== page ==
Friday, July 11, 2008

Those Wascally Wabbits

...or those cute little bunnies, as I'm more apt to say.

I normally don't take pictures of critters with my digital camera--the autofocus feature makes it respond much too slowly for anything that's not inclined to sit still for me. But sometimes I get lucky, as the picture to the right proves.

I must confess to my sins, however. I do actually attract critters like bunnies to our area, partly because it makes me feel good and mostly because I try to take pictures of them to use in paintings. What is my sin, you may ask? I have containers of water for them, and I put out rabbit pellets for the bunnies and chicken scratch for the Gambels quail (actually, bunnies like the scratch, too!) More on the quail later.

Living in a desert region where habitat is sadly disappearing, I feel like I'm giving the critters a helping hand. On the other hand, I'm concerned I may be enabling them to reproduce beyond the region's ability to support them without help. Feeding wild mammals can be an especially bad idea, particularly when the mammals can produce LOTS of offspring.

Of course, we're indirectly feeding the predators, too, since we're supporting the prey. But the predators had a hard time catching the prey around here due to all the wickedly-thorny cholla cactus that grows around here. Still, we have witnessed "wildlife moments" when we happen to look out a window just in time to see a hawk catch and eat a dove or we see a roadrunner with a lizard or quail chick in its beak.

BTW: those roadrunner cartoons where coyote tries to lure the bird with a pile of birdseed while coyote attempts to drop a boulder or dynamite or something equally lethal on the poor roadrunner? IT AIN'T LIKE THAT!! Roadrunners are carnivorous, not seed-ivorous! And since they don't have talons or hooked beaks like hawks and eagles, they have to tear up the meat by whipping their prey against rocks. That's really hard to watch when their prey is a cute "fuzzball" quail chick, but it's all part of how nature works.

Thursday, July 10, 2008

The Vast Spaces of the Southwest

"The Vast Spaces of the Southwest" is the tagline I use on my biz cards, stationery, Website, wherever. The line sums up what I love about the desert the most -- all that uncluttered space and distance that seems to extend to infinity. The accompanying photo, taken in Joshua Tree National Park, California, is a perfect example of what inspires me to paint. In fact, I've already painted this scene once, and I expect to do at least one more. IMO, it's a great view, especially with the lighting and the cloud shadows that add rhythm to the landscape.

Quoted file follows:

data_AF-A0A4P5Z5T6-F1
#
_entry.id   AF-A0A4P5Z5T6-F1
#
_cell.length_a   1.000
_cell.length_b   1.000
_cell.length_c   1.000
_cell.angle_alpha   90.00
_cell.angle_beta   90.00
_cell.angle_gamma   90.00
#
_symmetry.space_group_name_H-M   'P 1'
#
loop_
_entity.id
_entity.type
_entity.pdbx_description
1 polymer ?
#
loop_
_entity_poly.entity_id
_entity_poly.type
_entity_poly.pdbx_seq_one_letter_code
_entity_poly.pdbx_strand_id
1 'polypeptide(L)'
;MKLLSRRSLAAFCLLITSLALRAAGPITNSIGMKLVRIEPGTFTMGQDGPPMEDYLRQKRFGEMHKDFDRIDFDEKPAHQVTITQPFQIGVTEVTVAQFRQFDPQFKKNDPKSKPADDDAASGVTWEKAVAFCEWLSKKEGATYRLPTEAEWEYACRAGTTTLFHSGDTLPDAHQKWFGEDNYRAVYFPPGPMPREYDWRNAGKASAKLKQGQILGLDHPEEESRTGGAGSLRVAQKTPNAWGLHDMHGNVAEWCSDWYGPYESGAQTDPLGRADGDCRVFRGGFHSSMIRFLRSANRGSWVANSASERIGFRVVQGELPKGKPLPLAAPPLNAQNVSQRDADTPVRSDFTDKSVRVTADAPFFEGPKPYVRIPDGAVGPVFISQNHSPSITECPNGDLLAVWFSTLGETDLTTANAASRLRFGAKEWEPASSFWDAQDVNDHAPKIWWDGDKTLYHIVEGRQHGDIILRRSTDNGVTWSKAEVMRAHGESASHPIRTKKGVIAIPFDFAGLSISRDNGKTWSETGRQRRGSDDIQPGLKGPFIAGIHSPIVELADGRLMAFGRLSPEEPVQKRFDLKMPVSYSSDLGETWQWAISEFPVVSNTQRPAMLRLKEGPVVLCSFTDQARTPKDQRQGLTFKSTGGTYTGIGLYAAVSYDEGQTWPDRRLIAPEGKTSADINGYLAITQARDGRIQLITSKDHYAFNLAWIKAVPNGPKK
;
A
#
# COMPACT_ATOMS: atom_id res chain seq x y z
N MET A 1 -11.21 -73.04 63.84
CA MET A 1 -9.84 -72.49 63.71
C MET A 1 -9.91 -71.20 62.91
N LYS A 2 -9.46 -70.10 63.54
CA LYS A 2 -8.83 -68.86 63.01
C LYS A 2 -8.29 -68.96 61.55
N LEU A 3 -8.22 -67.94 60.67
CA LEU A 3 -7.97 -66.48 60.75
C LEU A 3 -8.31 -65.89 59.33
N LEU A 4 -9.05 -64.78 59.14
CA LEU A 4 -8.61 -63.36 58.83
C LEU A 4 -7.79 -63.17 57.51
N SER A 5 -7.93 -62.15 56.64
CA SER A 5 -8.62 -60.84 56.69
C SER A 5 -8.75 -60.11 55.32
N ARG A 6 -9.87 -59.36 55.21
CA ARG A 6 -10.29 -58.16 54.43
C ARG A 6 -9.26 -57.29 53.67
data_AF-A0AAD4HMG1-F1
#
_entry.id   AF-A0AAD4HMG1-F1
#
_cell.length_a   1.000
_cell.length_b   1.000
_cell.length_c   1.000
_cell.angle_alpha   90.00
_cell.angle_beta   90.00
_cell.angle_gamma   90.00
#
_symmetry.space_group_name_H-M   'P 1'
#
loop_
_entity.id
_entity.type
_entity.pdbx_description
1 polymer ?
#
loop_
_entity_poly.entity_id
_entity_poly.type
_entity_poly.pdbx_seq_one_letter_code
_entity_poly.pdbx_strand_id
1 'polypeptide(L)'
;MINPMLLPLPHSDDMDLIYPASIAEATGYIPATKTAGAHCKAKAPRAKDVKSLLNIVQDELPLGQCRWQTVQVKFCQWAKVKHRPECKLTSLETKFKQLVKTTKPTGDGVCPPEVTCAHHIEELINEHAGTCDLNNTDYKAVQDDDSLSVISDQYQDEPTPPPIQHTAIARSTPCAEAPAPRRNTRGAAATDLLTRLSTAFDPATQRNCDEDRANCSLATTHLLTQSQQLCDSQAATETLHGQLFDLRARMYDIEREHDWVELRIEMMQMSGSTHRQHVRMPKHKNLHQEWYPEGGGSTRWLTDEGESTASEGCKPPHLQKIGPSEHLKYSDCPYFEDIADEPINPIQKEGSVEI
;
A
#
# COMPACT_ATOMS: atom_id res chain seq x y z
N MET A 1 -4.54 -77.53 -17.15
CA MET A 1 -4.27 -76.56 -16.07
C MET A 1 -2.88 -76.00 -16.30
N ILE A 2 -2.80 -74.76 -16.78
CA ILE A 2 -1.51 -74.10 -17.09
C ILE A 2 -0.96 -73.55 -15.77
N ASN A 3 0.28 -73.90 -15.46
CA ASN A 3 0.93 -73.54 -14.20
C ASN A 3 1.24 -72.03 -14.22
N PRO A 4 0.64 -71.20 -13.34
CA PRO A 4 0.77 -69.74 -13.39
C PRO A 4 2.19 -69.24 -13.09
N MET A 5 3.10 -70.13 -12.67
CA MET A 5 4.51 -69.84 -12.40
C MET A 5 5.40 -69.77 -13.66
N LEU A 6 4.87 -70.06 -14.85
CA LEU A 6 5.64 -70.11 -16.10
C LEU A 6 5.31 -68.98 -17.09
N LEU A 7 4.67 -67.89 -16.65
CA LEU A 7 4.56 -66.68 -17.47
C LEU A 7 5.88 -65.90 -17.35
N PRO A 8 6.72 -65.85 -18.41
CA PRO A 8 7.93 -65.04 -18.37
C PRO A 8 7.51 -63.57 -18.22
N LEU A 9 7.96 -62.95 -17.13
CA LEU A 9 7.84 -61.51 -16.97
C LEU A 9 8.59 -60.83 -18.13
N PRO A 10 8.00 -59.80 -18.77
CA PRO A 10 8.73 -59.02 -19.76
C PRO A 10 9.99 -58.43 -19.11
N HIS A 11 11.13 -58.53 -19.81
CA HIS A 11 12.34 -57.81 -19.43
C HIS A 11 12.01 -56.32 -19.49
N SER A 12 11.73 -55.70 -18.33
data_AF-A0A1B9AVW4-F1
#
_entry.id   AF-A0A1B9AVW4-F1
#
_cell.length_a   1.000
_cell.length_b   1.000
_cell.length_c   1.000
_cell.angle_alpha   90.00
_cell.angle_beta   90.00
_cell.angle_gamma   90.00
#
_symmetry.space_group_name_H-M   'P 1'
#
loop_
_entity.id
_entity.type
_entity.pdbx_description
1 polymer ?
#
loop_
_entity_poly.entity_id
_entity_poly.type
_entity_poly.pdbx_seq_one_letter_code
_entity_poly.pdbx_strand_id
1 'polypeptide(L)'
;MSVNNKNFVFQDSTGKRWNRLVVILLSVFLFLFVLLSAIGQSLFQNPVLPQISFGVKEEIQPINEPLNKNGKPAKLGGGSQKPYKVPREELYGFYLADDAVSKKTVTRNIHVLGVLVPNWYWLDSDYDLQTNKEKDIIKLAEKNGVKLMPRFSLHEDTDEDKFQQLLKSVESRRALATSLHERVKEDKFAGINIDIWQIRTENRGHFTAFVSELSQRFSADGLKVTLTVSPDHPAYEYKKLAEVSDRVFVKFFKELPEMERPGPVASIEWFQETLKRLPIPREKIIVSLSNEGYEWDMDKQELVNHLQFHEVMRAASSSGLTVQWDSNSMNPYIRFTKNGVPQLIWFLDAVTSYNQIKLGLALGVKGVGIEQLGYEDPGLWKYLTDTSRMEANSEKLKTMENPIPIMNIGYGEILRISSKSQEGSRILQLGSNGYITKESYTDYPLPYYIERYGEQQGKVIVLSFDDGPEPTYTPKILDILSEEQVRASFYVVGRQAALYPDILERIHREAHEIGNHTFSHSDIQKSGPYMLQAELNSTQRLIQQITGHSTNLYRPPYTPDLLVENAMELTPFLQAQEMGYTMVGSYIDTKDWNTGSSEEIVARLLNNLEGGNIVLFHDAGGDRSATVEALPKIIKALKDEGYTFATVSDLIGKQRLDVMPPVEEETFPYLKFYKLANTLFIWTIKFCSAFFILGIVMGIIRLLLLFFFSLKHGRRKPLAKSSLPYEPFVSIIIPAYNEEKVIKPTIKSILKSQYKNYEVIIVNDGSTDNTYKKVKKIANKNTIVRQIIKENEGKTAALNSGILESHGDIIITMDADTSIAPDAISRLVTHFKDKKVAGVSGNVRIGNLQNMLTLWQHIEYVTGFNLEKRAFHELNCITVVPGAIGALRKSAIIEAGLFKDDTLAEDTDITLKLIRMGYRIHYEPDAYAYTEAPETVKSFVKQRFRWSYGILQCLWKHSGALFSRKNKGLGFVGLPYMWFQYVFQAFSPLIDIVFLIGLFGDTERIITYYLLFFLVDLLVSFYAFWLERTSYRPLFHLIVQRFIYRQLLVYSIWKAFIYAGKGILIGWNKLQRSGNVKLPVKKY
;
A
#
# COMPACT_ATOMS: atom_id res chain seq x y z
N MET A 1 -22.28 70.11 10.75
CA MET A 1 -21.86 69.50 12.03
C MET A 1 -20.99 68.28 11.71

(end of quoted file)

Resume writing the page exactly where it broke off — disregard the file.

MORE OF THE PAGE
Unfortunately, I haven't felt like visiting the Park this week. It's been hot and humid lately (it's not always a dry heat around here!). 'Tho' we have A/C in our vehicles, our house has only an evaporative cooler, which doesn't cool as well when it's humid. So I've been a little unmotivated lately!

BUT -- art must go on!

Wednesday, July 9, 2008

Wotta hole!!!

The Grand Canyon...there's nothing like it. My wife and I went on a trip to to the area and arrived at the East entrance to the Grand Canyon amidst a rain/snow mix. We couldn't see the Canyon at first. But we continued on, thinking we'd just head to the hotel and stay out of the weather. Then we arrived at Moran Point, where the clouds were clearing and spots of sunlight were dancing across the formations. OF COURSE, I just had to paint it! I painted it the way it looked; next time I may make it even more dramatic.

The next turnout, Grandview, had similar lighting and clouds floating by. I've seen that in photos and paintings, but I've never seen that for myself in real life. It didn't last long, however, and soon we were back to gray fog out there. But we had a few moments of magic, and they'll stay with us for a lifetime!

Tuesday, July 8, 2008

Welcome! you've stumbled across my blog ... or perhaps you were actually searching for me by name and discovered me here! Either way, thanks for checking in on me.

As the above blurb mentions, I'm an artist who paints landscapes of the West. I especially love the Southwestern deserts -- these are places that can only be described as surreal and infinite, with lots and LOTS of space, grotesque plantlife and rugged, primeval geological features. Painting the deserts helps fill my need to paint surrealism (my favorite style of art) while celebrating the stark beauty of some very special places. You can see examples of my paintings and my artistic influences on my Website: I frequently make changes to my site -- please visit often. I expect to change it from a mere online portfolio to a virtual gallery where you can acquire works simply by clicking on the appropriate buttons.

As for my comment about bunnies: I live in the California desert, and we have lots of desert cottontail rabbits around here. They often make their way into paintings, and I've created the above bunny-featured avatar that I use on a number of other sites. Personally, I think bunnies are cute. A pain, sometimes -- they eat everything -- but they're cute.